AS policymakers seek to develop new areas of cooperation and initiatives to fight rising food insecurity and high food production costs, they are being urged to maximise on their connections with the local community to bridge the gap between high-level government procedures and the reality of women and men on the ground, to ensure equality of access and opportunities for those in the agricultural sector.
The occasion was the launch of two key toolkits developed by UN Women MCO Caribbean under the UN Trust Fund for Human Security (UNTFHS) joint programme for parliamentarians on the ParlGender Tools E-platform which focus on integrating gender equality and human security in agricultural policy and structural adjustment programmes.
The agricultural labour force is highly segregated. According to the UN Women’s Status of Women and Men Report: A Gender Analysis of Labour Force Data and Policy Frameworks in Six Caricom Member States, 2019, men are more likely than women to be formally employed in agriculture, with over 2,903 men compared to 1,128 women recorded for Barbados; 3,588 men to 953 women in Grenada and 144,528 men compared to 49,644 women in Jamaica in 2017; in a sex disaggregation of employment by industry.
Research in the Caribbean has, however, highlighted that women make up the majority of informal workers in the agricultural sector and if policies neglect to explicitly account for this situation, women are disproportionately vulnerable to experiencing hardship, as they may fall through safety nets and protection schemes.
UN Women consultant author Hannah Strohmeier stressed the importance of collecting sex disaggregated data but also of doing the necessary gender analysis.
“Looking at the numbers is important, but it is also really important to hear people’s stories and based on that, make informed decisions. It is important that women and men are involved in the interventions, that they participate in the development process through being consulted but also in a leadership capacity — of ownership, formulating and implementing policies that address women and men’s needs and that they do not discriminate against one or the other,” she said.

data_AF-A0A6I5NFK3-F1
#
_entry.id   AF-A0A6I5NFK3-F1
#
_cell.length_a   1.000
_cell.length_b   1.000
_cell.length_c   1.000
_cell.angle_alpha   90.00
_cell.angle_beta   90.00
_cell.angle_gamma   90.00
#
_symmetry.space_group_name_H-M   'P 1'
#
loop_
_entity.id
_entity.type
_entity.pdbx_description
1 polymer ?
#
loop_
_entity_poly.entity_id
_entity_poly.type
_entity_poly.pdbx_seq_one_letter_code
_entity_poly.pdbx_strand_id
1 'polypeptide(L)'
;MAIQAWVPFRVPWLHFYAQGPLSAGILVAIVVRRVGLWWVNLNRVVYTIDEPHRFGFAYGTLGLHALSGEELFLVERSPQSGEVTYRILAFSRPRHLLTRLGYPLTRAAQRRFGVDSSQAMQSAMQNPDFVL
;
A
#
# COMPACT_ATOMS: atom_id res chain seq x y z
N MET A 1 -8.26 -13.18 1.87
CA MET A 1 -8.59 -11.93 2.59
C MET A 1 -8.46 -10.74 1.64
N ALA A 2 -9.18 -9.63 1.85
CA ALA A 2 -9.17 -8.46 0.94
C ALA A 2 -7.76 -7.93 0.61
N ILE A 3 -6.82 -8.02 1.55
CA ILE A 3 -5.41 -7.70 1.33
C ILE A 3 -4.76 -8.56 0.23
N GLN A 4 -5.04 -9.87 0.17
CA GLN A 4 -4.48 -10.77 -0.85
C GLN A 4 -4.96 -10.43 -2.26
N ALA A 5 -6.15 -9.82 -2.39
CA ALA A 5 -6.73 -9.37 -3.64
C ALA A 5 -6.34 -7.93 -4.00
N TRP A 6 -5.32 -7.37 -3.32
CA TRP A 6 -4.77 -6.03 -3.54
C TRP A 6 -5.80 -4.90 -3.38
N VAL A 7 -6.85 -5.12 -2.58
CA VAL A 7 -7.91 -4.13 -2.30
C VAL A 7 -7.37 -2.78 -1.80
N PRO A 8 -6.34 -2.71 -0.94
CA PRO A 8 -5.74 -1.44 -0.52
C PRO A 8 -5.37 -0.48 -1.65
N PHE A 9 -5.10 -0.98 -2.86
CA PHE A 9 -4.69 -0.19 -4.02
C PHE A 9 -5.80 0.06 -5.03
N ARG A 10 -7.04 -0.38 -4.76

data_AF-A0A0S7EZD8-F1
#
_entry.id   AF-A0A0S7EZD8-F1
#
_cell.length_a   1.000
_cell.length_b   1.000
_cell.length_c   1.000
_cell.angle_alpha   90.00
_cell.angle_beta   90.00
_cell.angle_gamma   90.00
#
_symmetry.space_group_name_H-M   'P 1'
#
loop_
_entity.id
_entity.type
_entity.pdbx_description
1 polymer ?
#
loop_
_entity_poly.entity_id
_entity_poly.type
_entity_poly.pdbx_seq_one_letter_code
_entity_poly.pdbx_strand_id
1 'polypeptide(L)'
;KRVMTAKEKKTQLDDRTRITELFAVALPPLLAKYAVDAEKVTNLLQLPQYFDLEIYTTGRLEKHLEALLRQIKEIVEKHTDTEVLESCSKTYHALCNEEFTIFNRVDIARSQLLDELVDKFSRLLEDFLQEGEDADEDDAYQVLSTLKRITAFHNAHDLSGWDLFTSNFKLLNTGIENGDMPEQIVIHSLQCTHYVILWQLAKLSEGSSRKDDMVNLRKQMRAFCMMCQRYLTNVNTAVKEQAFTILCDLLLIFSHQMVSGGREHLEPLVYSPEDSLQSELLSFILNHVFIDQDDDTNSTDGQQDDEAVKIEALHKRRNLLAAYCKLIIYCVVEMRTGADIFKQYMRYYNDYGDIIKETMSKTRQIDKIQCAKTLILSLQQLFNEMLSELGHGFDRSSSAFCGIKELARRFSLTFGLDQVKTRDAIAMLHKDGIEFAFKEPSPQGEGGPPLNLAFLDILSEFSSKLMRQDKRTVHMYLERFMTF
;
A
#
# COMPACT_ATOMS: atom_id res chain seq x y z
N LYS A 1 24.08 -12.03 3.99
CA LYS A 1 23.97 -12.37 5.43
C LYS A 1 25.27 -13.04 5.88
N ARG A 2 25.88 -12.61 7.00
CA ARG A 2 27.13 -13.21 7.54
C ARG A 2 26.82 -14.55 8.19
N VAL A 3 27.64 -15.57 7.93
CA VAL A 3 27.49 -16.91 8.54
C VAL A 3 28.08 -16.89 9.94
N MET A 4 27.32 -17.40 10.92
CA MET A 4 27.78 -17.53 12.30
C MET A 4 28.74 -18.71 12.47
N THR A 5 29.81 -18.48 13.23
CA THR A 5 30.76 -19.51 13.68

“While the susceptibility of this region to the effects of natural disasters and climate change were already well known and challenging for the agriculture sector, the past two years of the pandemic and the ongoing food insecurity situation created by the instability in Ukraine have reinforced the need to intensify efforts to build resilience in this sector, at the individual and societal levels.”
The UN Women deputy representative said that at the highest level Caricom, heads of Government have placed these very issues on the front burner of their regional dialogue to support and find alternative measures through the development of and strengthening of value chains for optimal quality and economic return; to increasing access to productive resources such as the use of new, state-of-the-art technology for sustainable farming, the use of digital technology such as GPS and online marketing platforms; and increased economic opportunity through access to land, capital and lucrative markets.
“Here in Barbados at the return of AgroFest following a two-year hiatus due to the pandemic, we saw the furthering of country-to-country agricultural cooperation efforts between the governments of Barbados and Guyana, who have engaged in numerous bilateral discussions and exchange visits to find solutions to this very pressing threat of food insecurity,” Iyahen added.
She noted too that integrating gender equality considerations in structural adjustment programmes (SAPs) was vital as research in the Caribbean, showed that these type of programmes impacted women as well as small holder farmers and fisherfolk more negatively than larger farmers as many lacked equal opportunities to enter and benefit within a liberalised market.
She noted that key barriers included:
• Limited access to resources (eg, land, labour, and capital) to invest in business opportunities that may be derived from the implementation of SAPs;
•Limited access to education and technical knowledge for diversification and/or expansion in the viable value chains;
•Limited access to available credit to purchase necessary inputs which have become more expensive over time.
Some of the entry points to consider when integrating gender into SAPs are through data collection and usage; land reform; employment; poverty reduction and education and training.
Deputy director, gender equality and communications, ParlAmericas, Lisane Thirsk, said that gender is too often a sidebar — or the last checkbox in the list. However, the tools offer practical guidance on how to meaningfully centre gender equality and women’s rights, which is prioritised by ParlAmericas, UN Women and all the UN agencies implementing the joint project.
“The inspiration behind this platform — grew from the fact that knowledge-resources that are truly tailored for decision-makers, and for the advisors who provide guidance to decision-makers, are in some cases surprisingly sparse. As you well know these are important roles and distinctive ones — materials need to respond to your daily responsibilities. Resources are not always accessible enough for busy schedules, either. For that reason, a combination of types of resources that can be consumed even on the go, was purposeful. So the toolkits aim to allow for self-guided learning, they can be reviewed in smaller pieces at a time.”